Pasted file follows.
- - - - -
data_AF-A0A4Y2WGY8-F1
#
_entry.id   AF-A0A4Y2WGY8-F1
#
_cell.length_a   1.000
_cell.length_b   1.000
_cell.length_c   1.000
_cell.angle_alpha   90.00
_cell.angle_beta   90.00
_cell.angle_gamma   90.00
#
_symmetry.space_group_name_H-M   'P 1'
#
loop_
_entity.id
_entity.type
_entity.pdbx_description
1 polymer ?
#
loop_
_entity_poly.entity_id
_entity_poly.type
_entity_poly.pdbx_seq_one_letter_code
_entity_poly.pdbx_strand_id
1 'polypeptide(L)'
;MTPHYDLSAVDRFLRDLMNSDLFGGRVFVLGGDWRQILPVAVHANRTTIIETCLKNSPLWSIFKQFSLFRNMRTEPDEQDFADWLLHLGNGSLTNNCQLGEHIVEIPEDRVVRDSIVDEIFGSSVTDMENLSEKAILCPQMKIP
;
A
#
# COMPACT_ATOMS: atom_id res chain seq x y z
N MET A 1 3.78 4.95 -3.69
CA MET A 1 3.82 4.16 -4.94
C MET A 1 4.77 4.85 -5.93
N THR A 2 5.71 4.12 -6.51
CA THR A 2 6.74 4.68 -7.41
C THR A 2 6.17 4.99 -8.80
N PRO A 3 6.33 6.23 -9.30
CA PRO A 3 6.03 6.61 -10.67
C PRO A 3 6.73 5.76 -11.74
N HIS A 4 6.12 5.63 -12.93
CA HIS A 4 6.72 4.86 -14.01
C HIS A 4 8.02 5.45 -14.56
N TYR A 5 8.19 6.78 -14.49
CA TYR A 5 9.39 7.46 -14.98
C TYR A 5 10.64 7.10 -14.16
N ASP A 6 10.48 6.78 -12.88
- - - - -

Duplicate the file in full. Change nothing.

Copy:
data_AF-A0A4Y2WGY8-F1
#
_entry.id   AF-A0A4Y2WGY8-F1
#
_cell.length_a   1.000
_cell.length_b   1.000
_cell.length_c   1.000
_cell.angle_alpha   90.00
_cell.angle_beta   90.00
_cell.angle_gamma   90.00
#
_symmetry.space_group_name_H-M   'P 1'
#
loop_
_entity.id
_entity.type
_entity.pdbx_description
1 polymer ?
#
loop_
_entity_poly.entity_id
_entity_poly.type
_entity_poly.pdbx_seq_one_letter_code
_entity_poly.pdbx_strand_id
1 'polypeptide(L)'
;MTPHYDLSAVDRFLRDLMNSDLFGGRVFVLGGDWRQILPVAVHANRTTIIETCLKNSPLWSIFKQFSLFRNMRTEPDEQDFADWLLHLGNGSLTNNCQLGEHIVEIPEDRVVRDSIVDEIFGSSVTDMENLSEKAILCPQMKIP
;
A
#
# COMPACT_ATOMS: atom_id res chain seq x y z
N MET A 1 3.78 4.95 -3.69
CA MET A 1 3.82 4.16 -4.94
C MET A 1 4.77 4.85 -5.93
N THR A 2 5.71 4.12 -6.51
CA THR A 2 6.74 4.68 -7.41
C THR A 2 6.17 4.99 -8.80
N PRO A 3 6.33 6.23 -9.30
CA PRO A 3 6.03 6.61 -10.67
C PRO A 3 6.73 5.76 -11.74
N HIS A 4 6.12 5.63 -12.93
CA HIS A 4 6.72 4.86 -14.01
C HIS A 4 8.02 5.45 -14.56
N TYR A 5 8.19 6.78 -14.49
CA TYR A 5 9.39 7.46 -14.98
C TYR A 5 10.64 7.10 -14.16
N ASP A 6 10.48 6.78 -12.88